Rocky IV (1985) / Action-Drama
MPAA Rated: PG for violence and language
Running Time: 91 min.
Cast: Sylvester Stallone, Dolph Lundgren, Carl Weathers, Burt Young, Talia Shire, Tony Burton, Brigitte Nielsen, Michael Pataki, Rocky Krakoff, Sylvia Meals, James Brown
Director: Sylvester Stallone
Screenplay: Sylvester Stallone
"I must break you".
At the time wrote the words above are uttered, it's hard to discern whether writer/director Sylvester Stallone was speaking through Rocky's fiercest opponent yet, Ivan Drago (Lundgren, Masters of the Universe), as if he had a secret desire to finally kill off the character that brought him to international prominence almost a decade before. Given that the series continued afterward, and that it is Stallone's brainchild, I doubt it, although it's hard to tell from the effort he turns in here.
Perhaps Drago was a metaphor for how Stallone felt about his series at this point, as he represents everything the films had become. As the series has progressed, the plotlines have been more and more mechanical in nature, with more time given to flexing one's muscles than in characterizations or dialogue. With the lucrative returns on Rocky III, there must have been pressure to get out another before Stallone would be deemed as to old to play the role of a champion boxer, so he hastily wrote this fourth installment. While three years is the length of time it took to get out Rocky II and III, it should be noted that Stallone had just written and starred in four movies in the prior two years before Rocky IV (First Blood, Staying Alive, Rhinestone, and Rambo: First Blood Part II), and the lack of quality time spent on his most famous of projects unfortunately showed. The only new addition to Rocky's entourage is another artificial construct, a talking robot trotted out for comic relief, showing just how desperate Stallone had become for fresh ideas.
Ivan Drago is the latest Russian creation -- a tall, strong, crushing bruiser that packs more strength in one of his punches than any three normal boxers combined. Although his handlers insist that Drago is the product of extensive genetics testing and advanced training techniques, they do deny the use of strength-enhancing steroids, despite the fact that their fighter boasts unheard of levels in terms of strength, stamina, and physical prowess. They openly challenge Balboa to a fight, but it's Balboa's current manager and former heavyweight champ Apollo Creed (Weathers, Semi-Tough) that takes them up on the offer. Creed takes the pummeling of his life at Drago's hands, leaving Rocky feeling responsible enough to be next in line. He accepts the challenge, to take place in Drago's native country, the Soviet Union, where he must fight for revenge, honor, glory, and national pride in front of thousands of sneering spectators, including the Soviet leader himself (modeled after Gorbachev).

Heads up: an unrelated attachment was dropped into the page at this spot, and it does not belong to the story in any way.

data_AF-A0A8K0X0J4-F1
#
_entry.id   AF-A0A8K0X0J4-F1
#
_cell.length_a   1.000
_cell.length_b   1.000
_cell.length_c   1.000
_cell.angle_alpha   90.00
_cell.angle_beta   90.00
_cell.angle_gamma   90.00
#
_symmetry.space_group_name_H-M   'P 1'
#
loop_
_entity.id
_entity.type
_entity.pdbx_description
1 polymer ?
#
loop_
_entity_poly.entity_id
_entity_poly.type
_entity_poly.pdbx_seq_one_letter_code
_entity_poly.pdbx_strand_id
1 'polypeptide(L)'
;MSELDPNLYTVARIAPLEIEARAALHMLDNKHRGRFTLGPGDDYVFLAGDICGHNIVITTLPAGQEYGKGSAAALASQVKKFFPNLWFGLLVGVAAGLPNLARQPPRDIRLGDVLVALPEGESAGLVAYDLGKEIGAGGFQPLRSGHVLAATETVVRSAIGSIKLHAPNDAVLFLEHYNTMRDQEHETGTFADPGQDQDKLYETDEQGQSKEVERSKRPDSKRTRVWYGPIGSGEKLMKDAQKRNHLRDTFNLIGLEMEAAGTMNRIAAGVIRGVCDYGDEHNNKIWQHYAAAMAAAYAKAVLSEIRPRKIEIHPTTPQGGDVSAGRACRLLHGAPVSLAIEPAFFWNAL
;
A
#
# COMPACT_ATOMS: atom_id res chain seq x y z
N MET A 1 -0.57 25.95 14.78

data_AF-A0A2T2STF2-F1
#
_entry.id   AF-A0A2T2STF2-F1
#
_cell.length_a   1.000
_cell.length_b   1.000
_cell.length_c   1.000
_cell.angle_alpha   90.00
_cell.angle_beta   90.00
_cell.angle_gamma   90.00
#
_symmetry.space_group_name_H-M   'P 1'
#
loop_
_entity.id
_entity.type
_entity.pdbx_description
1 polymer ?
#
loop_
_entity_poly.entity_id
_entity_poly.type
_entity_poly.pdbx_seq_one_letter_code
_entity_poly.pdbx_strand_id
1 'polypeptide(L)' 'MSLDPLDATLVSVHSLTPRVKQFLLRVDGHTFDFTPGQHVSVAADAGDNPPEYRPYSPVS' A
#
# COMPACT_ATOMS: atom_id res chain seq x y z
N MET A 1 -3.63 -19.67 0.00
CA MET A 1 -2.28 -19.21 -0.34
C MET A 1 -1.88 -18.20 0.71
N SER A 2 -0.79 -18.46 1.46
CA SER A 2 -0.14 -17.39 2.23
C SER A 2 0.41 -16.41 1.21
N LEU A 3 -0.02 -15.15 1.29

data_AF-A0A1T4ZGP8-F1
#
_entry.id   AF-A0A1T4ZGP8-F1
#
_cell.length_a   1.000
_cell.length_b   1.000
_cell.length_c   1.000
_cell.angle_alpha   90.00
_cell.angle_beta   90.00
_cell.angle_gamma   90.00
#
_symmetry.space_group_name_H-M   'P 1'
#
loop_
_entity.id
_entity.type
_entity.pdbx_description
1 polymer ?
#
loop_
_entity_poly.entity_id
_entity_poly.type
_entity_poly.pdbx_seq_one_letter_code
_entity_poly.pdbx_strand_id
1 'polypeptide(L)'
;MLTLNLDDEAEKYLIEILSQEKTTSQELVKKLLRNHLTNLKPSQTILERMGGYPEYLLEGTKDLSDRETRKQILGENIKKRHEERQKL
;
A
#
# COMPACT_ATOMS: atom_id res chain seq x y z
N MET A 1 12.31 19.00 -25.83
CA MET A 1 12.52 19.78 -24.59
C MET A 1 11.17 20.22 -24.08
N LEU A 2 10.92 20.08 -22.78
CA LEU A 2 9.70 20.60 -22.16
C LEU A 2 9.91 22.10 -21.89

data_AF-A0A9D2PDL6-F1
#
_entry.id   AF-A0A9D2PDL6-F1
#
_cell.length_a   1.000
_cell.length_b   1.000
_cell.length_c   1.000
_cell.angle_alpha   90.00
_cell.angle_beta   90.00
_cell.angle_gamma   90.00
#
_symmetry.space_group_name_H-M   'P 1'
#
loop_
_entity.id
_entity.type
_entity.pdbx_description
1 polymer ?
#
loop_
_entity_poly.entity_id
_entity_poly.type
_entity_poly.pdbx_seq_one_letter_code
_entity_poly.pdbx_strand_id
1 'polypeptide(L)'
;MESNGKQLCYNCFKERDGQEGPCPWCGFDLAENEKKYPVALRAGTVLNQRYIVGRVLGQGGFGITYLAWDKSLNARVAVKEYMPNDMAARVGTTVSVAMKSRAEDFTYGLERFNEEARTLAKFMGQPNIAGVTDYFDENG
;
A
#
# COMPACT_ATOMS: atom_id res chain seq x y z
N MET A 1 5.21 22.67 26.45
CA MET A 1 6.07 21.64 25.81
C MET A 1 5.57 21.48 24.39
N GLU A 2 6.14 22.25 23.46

If I were to have been able to amend the title somewhat, I would have called this Rocky IV: The Music Video, as there is more time spent in pushing forward this story through lengthy, heavily-edited montages as in scenes filled with dialogue or character development. At a meager 91 minutes, by far the shortest of the Rocky series, this is a lean film, with long stretches containing little or no dialogue. As was the case with Rocky III, the antagonist seemingly comes out of nowhere, with no mention of his past or motivation for doing whatever he does. We root for Rocky mostly because, after three previous films, we already have grown to like him, and without any redeeming features at all in his opponent, our interest in the final battle is secure.
Rocky IV isn't without its entertainment value, as the formula still manages to work, and it is slickly produced and edited for maximum impact. Once again, the fight scenes are played out like professional wrestling matches, complete with body slams; even the commentators within the movie itself mention how the fight has become something other than boxing. It's still amazing to me that Rocky has managed to keep his title belt so long without the ability to defend himself; the only time he ever blocks an incoming punch is with his face. Luckily, all of his opponents share the same masochistic technique.
In the middle of this arguably weakest entry, there is formidable screen presence by newcomers Lundgren and Nielsen, and a definite watchability, but any resemblance to the spirit of the original Rocky of 1976 is tangential at best. Stallone continues to cannibalize his own formula, only injecting something new in the final moments, when Rocky delivers a message to the world about putting aside the differences and prejudices. Given the fact that he resolved his through an all-out violent conflict, the message rings quite hollow to most discerning audiences, although Ronald Reagan would openly applaud Stallone's efforts with this film (and Rambo II) for showing true American spirit (i.e. overcoming all obstacles by eviscerating the shit out of them).
They say that for every aging boxer, the legs are the first thing to go. Rocky III disproved this adage -- the brain was the first to go. The heart went next with Rocky IV. Stunningly, this entry proved Rocky still had legs at the box office, as it became the top grossing film in the series, showing just how we had also lost our minds by forking over our dollars in support of pro wrestling/MTV caliber fare. Despite the success, the series' flaws became too substantial to maintain fan interest. Rocky may have emerged victorious, in the ring and at the box office, but the series integrity was hereby officially broken by its own quest for success.
-- Followed by Rocky V and Rocky Balboa.
©2006 Vince Leo